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Site Description for Apalachicola National Estuarine Research Reserve Quick Topics
 

Physical Features

The Apalachicola River is the only river in Florida which has its origins in the Piedmont and Southern Appalachians. Upstream rainfall has a much greater influence on river flows than Florida rainfall because the majority of the ACF basin is in Georgia and Alabama. However, flows in the lower river can be substantially increased by Florida rainfall during periods of low flow because of inflow from the Chipola River, a spring fed river and the Apalachicola's major tributary.

Stream modifications such as dams and maintenance dredging have altered the historic flow regimes and stage height of most of the river south of the Jim Woodruff Dam. Both practices have resulted in an increase in flow rate and decrease in river height. These factors have contributed to the lowering of water in the main channel of the river. Reduced river height translates to reduced inundation into backwater swamp areas. These waters are important habitat for many species of fish and invertebrates.

The Cape St. George Lighthouse, restored and moved to its new home

Archaeological Resources

The Apalachicola River and Bay Drainage Basin has more than 1000 archaeological sites and numerous historic sites. There are ten sites on lands directly managed by Apalachicola National Estuarine Research Reserve, including the Cape St. George lighthouse.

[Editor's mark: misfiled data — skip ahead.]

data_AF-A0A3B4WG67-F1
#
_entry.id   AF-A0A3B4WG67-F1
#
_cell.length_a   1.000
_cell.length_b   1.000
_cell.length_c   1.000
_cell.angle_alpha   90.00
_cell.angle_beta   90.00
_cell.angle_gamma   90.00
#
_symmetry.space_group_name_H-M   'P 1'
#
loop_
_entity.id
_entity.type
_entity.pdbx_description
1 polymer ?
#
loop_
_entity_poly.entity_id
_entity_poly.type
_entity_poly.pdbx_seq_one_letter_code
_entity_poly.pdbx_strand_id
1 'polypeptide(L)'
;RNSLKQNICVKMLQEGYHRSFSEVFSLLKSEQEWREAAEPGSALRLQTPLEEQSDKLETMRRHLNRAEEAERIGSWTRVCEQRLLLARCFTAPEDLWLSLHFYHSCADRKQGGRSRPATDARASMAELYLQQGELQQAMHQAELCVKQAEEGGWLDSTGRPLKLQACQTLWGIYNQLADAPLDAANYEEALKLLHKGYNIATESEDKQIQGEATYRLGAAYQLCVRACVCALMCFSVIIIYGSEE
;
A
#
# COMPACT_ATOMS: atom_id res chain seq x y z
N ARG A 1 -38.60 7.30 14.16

Beach dune with sea oats Beach dune with sea oats

Natural Communities

There are 24 major FNAI natural communities on FCO-managed lands within ANERR, including a variety of forests, swamps, marshes, as well as seagrass beds and mollusk reefs.

Monarch butterfly Monarch butterfly

Native Species

The diverse natural communities found within ANERR support more than 1300 species of plants, 40 species of amphibians, 80 species of reptiles, 50 species of mammals, 270 species of fish and 300 species of birds.

 

Manatees Manatees

Listed Species

One hundred nine plant and fifty-four animal species inhabiting search ANERR have been listed as either endangered, threatened or of special concern by the federal or state government. These include well-known species such as the American alligator, Florida manatee, bald eagle and loggerhead sea turtle as well as lesser-known species such as the purple bankclimber mussel and gopher frog.

Chinese tallow Chinese tallow being treated

Invasive and Problem Species

Invasive species are those wild or feral plants or animals that are not native to Florida, but were introduced as a result of human-related activities and have become a threat to natural communities. Invasive, non-native plant and animal species are present within the bounds of ANERR, but none are currently a major threat to existing resources. The most common plant species in this category include Chinese tallow, camphor tree, giant cane, Japanese climbing fern and giant reed.

Apalachicola Research Reserve

Core Programs

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About Apalachicola NERR

 

 

Last updated: December 09, 2016

  3900 Commonwealth Boulevard M.S. 235 Tallahassee, Florida 32399 850-245-2094
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